“This man is not serious about stopping Iran,” proclaimed Klein, “and is really allowing Iran to obtain nuclear weapons.”
Prominent political activist and Jewish community leader Dr. Joseph Frager was also critical of what he perceived as the president's indecisiveness on Iran, but was quick to point out that the Iranian nuclear/EMP threat isn't an issue specific to Israel.
“As the panel members clearly explained, this is an American issue,” said Frager. “And we as American citizens should be gravely concerned for our own sake, even if not for that of our only real ally in the Middle East.”
Keeping with the event's theme, Lt. Gen. Thomas McInerney shared with the audience the benefit of his own experience.
A former combat pilot, McInerney actually flew reconnaissance missions over Cuba during the Cuban Missile Crisis. A key difference between the Soviets (and their Cuban proxies) and the Iranians, says McInerney, is that the Soviets were “reasonable.” As essentially rational actors not making their decisions on the basis of some apocalyptic ethos - in contrast to the Shi'ite fundamentalist theocracy in Iran - the Soviets, McInerney explained, could be counted on to prefer life over death, and therefore avoid a war that would inevitably prove catastrophic for both sides.
McInerney expressed his concern over what he characterized as the “unilateral disarmament” of the U.S. military, as well as the current administration's refusal to stand by longtime U.S. allies like deposed Egyptian president Hosni Mubarak who, for all his faults, nonetheless maintained regional stability, and peace between Egypt and Israel, an unpopular stance with the Egyptian public.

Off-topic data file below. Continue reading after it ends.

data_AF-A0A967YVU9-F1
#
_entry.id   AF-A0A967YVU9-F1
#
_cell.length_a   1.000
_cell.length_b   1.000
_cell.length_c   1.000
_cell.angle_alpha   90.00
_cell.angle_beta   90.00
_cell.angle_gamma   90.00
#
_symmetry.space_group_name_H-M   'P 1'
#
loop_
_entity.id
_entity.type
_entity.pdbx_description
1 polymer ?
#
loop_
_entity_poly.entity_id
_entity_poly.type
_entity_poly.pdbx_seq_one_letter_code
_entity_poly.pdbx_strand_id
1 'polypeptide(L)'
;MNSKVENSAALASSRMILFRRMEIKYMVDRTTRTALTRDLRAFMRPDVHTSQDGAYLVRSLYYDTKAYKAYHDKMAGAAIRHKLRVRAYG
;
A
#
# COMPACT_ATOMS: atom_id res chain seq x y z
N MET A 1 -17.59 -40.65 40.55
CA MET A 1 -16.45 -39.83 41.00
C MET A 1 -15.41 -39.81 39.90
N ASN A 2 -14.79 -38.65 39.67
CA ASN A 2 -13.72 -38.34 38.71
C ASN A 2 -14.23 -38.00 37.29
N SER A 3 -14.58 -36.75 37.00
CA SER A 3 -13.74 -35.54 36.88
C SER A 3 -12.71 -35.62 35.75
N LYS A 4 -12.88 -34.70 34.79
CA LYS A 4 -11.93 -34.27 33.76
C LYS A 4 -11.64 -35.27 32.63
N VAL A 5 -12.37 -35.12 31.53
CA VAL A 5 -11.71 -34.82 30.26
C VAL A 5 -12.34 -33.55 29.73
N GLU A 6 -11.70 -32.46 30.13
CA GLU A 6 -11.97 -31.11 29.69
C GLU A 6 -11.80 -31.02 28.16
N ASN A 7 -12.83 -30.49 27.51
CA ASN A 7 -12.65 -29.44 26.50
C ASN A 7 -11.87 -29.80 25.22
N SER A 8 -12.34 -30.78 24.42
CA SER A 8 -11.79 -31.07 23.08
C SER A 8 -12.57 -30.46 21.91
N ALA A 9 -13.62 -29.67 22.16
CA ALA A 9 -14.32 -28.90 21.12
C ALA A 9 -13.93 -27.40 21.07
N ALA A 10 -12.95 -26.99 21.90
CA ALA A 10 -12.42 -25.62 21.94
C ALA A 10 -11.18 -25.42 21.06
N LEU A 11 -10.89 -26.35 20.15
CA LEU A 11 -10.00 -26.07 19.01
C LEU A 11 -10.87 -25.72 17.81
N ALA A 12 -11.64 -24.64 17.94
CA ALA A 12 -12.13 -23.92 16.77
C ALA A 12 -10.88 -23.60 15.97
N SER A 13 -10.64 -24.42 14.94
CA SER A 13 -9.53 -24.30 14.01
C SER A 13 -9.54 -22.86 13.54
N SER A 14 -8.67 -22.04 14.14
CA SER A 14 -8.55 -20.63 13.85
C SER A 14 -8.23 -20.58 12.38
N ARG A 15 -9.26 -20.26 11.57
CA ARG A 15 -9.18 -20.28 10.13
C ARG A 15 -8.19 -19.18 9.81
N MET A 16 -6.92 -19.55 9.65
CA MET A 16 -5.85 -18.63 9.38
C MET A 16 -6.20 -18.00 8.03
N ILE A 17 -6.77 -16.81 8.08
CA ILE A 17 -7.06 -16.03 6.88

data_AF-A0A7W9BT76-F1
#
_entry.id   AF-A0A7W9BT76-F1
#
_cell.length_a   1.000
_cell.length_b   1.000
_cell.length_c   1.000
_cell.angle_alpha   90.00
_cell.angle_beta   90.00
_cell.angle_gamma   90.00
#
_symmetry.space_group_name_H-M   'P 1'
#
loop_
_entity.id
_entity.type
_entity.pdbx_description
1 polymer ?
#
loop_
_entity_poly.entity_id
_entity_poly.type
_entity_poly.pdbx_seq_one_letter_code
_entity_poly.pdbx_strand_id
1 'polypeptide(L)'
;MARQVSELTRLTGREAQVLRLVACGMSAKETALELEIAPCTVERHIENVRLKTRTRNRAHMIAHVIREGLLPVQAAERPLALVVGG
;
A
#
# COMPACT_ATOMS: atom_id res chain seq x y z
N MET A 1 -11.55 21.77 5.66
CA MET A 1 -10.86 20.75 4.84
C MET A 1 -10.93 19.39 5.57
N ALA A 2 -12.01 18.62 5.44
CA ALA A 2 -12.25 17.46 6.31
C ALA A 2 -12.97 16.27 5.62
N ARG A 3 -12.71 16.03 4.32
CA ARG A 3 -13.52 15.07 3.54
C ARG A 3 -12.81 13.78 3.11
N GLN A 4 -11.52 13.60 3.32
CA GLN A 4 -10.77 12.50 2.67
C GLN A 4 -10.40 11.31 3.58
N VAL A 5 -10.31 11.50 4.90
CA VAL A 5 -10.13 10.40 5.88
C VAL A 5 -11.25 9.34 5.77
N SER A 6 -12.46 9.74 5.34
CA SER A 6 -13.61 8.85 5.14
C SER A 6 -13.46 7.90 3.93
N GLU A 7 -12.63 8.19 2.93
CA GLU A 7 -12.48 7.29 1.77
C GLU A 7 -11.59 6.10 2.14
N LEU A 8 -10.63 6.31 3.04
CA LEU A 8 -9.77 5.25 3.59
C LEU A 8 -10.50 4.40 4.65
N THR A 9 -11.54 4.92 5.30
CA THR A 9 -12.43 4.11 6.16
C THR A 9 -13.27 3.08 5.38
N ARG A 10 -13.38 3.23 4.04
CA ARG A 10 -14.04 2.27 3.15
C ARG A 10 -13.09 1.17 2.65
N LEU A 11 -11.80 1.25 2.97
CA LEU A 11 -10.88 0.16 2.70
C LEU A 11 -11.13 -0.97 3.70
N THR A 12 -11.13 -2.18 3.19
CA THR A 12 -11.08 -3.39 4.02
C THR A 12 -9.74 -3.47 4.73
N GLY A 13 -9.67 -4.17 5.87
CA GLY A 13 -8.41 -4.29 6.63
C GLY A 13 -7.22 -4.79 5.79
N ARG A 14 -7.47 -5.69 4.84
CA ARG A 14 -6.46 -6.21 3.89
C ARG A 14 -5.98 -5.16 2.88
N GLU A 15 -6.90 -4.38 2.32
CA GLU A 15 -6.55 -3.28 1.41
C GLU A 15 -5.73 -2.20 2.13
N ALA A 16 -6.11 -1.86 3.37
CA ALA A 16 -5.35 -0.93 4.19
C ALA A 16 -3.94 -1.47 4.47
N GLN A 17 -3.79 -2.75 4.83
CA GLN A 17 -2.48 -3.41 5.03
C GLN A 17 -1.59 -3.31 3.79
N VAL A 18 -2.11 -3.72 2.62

Rounding out the panel of experts was CSP senior fellow and former CIA operations officer Clare Lopez. Ms. Lopez placed the Iranian threat in a broader historical context, describing Iran's nuclear pursuits as a means for the Shi'ite country to challenge its Sunni neighbors (in particular, Saudi Arabia) and assert hegemony over the global Islamic community.
Although each speaker was able to shed light on a particular aspect of the Iranian regime and its nuclear ambitions, certain common threads united the presenters. There was a general consensus that the Iranian Revolutionary Guard Corps are a driving force behind those ambitions. It was also argued by several presenters that Iran securing a nuclear arsenal would set of a chain reaction, in which the Arab states would ultimately follow suit, further destabilizing the region.
Though not exactly a stunning revelation, perhaps the most disconcerting point of agreement was that, indeed, President Barack Obama is no JFK.
Whereas Kennedy “redeemed” himself from the displays of weakness that precipitated the Cuban Missile Crisis by projecting an image of strength and decisiveness (despite the concession of removing U.S. missiles from Turkey), President Obama shows no signs of mending his ways.
Will the Iranian government succeed in their nefarious aims?
One thing is certain: Unless overwhelming pressure from the American public forces a dramatic shift in the present administration's foreign policy, we will be doing absolutely nothing to stop them.